Former director of Palatine nonprofit dies in boating accident 2 months after retirement

  • Gregg Stockey and his wife, Bonnie Collins, of Ingleside retired July 30 from their respective jobs in youth mental health. Stockey died Oct. 16 in a boating accident on Geneva Lake.

    Gregg Stockey and his wife, Bonnie Collins, of Ingleside retired July 30 from their respective jobs in youth mental health. Stockey died Oct. 16 in a boating accident on Geneva Lake. courtesy of Bonnie Collins

  • Gregg Stockey, 66, who retired in June as executive director of The Bridge Youth and Family Services in Palatine, died in a boating accident Oct. 16.

    Gregg Stockey, 66, who retired in June as executive director of The Bridge Youth and Family Services in Palatine, died in a boating accident Oct. 16. courtesy of The Bridge Youth and Family Services

 
 
Updated 10/29/2021 8:19 PM

After decades of work in the youth mental health field, Gregg Stockey and his wife retired last summer, on the same day, looking forward to doing lots more traveling with a shared love of the outdoors.

Those plans were shattered when the 66-year-old Stockey, of Ingleside, died Oct. 16 in a boating accident on Geneva Lake.

 

Known for his kindness and even temperament, Stockey had retired July 30 as executive director of The Bridge Youth and Family Services in Palatine. His wife, Bonnie Collins, was a case manager at OMNI Youth Services, based in Buffalo Grove.

"We had a great big ol' party. Outside we have a tiki bar, and all our friends and neighbors came over," Collins said. "We wanted to make some bigger trips -- Yellowstone, the White Mountains in New Hampshire, the Grand Canyon. We had a lot of plans."

"That's what makes me the saddest," she said. "That he didn't get his time."

The day he died, Stockey had gone fishing -- his No. 1 passion, his wife said -- with other members of the Libertyville Fishing Club. He was sitting on the deck of a boat that was T-boned by a larger boat moving at a higher rate of speed, she said. He died of blunt force trauma.

"I am just thankful he didn't have time to suffer, didn't have time to be afraid -- or think of how I was going to be (after his death)," Collins said.

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The Wisconsin Department of Natural Resources declined to answer questions about the crash, citing the pending investigation.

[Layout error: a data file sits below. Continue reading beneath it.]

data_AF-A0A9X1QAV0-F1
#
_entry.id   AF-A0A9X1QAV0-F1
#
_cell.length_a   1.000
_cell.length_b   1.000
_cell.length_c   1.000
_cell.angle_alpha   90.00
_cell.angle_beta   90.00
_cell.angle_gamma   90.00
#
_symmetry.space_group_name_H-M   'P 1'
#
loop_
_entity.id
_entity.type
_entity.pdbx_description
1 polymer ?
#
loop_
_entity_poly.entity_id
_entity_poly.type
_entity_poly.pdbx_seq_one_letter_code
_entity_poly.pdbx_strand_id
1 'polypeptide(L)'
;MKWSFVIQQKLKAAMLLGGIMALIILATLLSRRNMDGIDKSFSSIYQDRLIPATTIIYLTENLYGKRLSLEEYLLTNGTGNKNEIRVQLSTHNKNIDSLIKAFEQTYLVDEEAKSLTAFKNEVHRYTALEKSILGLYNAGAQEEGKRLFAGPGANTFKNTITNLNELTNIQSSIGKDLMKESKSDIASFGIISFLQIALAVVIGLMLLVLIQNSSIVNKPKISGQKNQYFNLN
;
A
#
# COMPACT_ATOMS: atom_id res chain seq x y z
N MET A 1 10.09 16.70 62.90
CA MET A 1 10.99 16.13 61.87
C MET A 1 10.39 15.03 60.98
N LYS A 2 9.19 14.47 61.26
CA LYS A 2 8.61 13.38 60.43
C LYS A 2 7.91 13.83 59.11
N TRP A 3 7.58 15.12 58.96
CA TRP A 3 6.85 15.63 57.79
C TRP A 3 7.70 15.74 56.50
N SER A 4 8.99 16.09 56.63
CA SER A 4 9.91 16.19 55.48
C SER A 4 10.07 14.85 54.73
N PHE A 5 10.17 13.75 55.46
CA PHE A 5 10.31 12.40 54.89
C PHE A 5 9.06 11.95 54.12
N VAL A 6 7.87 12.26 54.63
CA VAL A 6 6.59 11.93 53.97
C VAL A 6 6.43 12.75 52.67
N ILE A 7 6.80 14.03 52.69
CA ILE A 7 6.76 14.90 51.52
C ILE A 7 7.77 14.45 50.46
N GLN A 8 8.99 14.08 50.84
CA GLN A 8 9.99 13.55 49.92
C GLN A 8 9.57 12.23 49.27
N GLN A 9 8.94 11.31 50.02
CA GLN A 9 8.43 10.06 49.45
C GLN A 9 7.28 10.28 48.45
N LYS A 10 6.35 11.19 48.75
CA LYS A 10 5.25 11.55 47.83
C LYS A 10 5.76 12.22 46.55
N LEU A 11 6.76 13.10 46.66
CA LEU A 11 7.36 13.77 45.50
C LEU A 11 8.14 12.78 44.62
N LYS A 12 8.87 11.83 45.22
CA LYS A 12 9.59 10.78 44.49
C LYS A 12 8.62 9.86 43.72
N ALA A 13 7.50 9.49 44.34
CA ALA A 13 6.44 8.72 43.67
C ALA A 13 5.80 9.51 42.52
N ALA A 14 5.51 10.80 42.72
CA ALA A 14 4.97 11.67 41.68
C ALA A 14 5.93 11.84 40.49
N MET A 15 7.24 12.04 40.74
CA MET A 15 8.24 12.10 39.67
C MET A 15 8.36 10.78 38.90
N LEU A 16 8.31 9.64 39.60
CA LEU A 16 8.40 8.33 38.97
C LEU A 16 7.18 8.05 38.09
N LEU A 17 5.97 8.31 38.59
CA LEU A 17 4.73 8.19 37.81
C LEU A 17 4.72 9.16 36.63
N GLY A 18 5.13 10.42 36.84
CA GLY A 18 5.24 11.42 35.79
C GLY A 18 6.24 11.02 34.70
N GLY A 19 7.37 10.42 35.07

Stockey also leaves behind one son, Matt.

Stockey was remembered by colleagues for his devotion to helping youth and mentoring others.

"It really rocked our community," Kris Salyards, who succeeded him as executive director of the Palatine nonprofit, said of his death.

Stockey was instrumental in expanding mental health services to early childhood and committed to crisis intervention for youth. He also collaborated with local high schools to introduce substance use prevention and education services. "While his contributions are too vast to capture, his spirit and legacy are vibrant in the child welfare and mental health community," Salyards said.

Stockey was a pioneer in introducing trauma-informed care to the youth services system, said Andrea Durbin, chief executive officer of the Illinois Collaboration on Youth, where Stockey served on the board for more than 12 years.

                                                                                                                                                                                                                       
 

"His insights in and commitment to trauma-informed care not only changed the way The Bridge practiced community-based counseling, but also shaped the way that the youth service field adopted a trauma-informed lens to care," she said.

He was always generous with his time, particularly when she sought advice in her new role, she said.

The timing of his death was particularly tragic, Durbin said. "When somebody works so hard and dedicates their life to something, you want them to have a chance to enjoy what life has to offer."

Stockey loved to play tennis, and go cycling and hiking, his wife said.

"Our jam was biking and 'brew-pubbing' -- we would try to find a bike path with a brewery where we could stop for a while and relax," she said.

The couple also played pickleball and golf, went dog sledding and even did "goat yoga" in Galena.

Stockey was a writer, having published in 2007 "Guests At The Buck Falls Club," a book of essays of his outdoor memories. At the time of his death, he'd been working on a novel about a teacher with a cabin in Wisconsin and the tension between locals and "weekenders," his wife said.

He was into photography and conscientiously made photo albums including -- already -- one for the couple's latest trip in early October to Hocking Hills, Ohio. He also was skilled at woodworking.

Most importantly, he was a stand-up guy whose word could always be counted on, Collins said.

"He was so kind to me, so loving. Always so complimentary," she said. "He loved me just so well. And I loved him beyond belief."

A memorial service will take place in the next few weeks.

The Bridge Youth and Family Services created an award in his memory that will be presented at the nonprofit's annual gala April 30.

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